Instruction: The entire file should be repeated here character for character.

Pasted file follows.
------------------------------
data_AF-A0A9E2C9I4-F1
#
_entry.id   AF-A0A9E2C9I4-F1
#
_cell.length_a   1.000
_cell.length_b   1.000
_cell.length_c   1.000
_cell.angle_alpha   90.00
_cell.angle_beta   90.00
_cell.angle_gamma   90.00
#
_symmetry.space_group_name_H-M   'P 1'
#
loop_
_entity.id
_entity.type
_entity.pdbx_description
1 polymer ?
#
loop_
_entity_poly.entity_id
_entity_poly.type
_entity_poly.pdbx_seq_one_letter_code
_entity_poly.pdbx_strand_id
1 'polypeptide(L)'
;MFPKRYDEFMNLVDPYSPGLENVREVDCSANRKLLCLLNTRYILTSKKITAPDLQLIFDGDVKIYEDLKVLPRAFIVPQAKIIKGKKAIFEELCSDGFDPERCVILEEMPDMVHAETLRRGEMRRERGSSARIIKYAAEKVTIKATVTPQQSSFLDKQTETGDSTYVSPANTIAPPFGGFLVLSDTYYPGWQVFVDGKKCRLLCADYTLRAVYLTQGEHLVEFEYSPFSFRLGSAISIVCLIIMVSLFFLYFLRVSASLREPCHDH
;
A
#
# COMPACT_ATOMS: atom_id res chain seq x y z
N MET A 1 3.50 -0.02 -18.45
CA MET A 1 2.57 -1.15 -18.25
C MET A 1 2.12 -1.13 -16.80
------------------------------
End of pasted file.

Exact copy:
data_AF-A0A9E2C9I4-F1
#
_entry.id   AF-A0A9E2C9I4-F1
#
_cell.length_a   1.000
_cell.length_b   1.000
_cell.length_c   1.000
_cell.angle_alpha   90.00
_cell.angle_beta   90.00
_cell.angle_gamma   90.00
#
_symmetry.space_group_name_H-M   'P 1'
#
loop_
_entity.id
_entity.type
_entity.pdbx_description
1 polymer ?
#
loop_
_entity_poly.entity_id
_entity_poly.type
_entity_poly.pdbx_seq_one_letter_code
_entity_poly.pdbx_strand_id
1 'polypeptide(L)'
;MFPKRYDEFMNLVDPYSPGLENVREVDCSANRKLLCLLNTRYILTSKKITAPDLQLIFDGDVKIYEDLKVLPRAFIVPQAKIIKGKKAIFEELCSDGFDPERCVILEEMPDMVHAETLRRGEMRRERGSSARIIKYAAEKVTIKATVTPQQSSFLDKQTETGDSTYVSPANTIAPPFGGFLVLSDTYYPGWQVFVDGKKCRLLCADYTLRAVYLTQGEHLVEFEYSPFSFRLGSAISIVCLIIMVSLFFLYFLRVSASLREPCHDH
;
A
#
# COMPACT_ATOMS: atom_id res chain seq x y z
N MET A 1 3.50 -0.02 -18.45
CA MET A 1 2.57 -1.15 -18.25
C MET A 1 2.12 -1.13 -16.80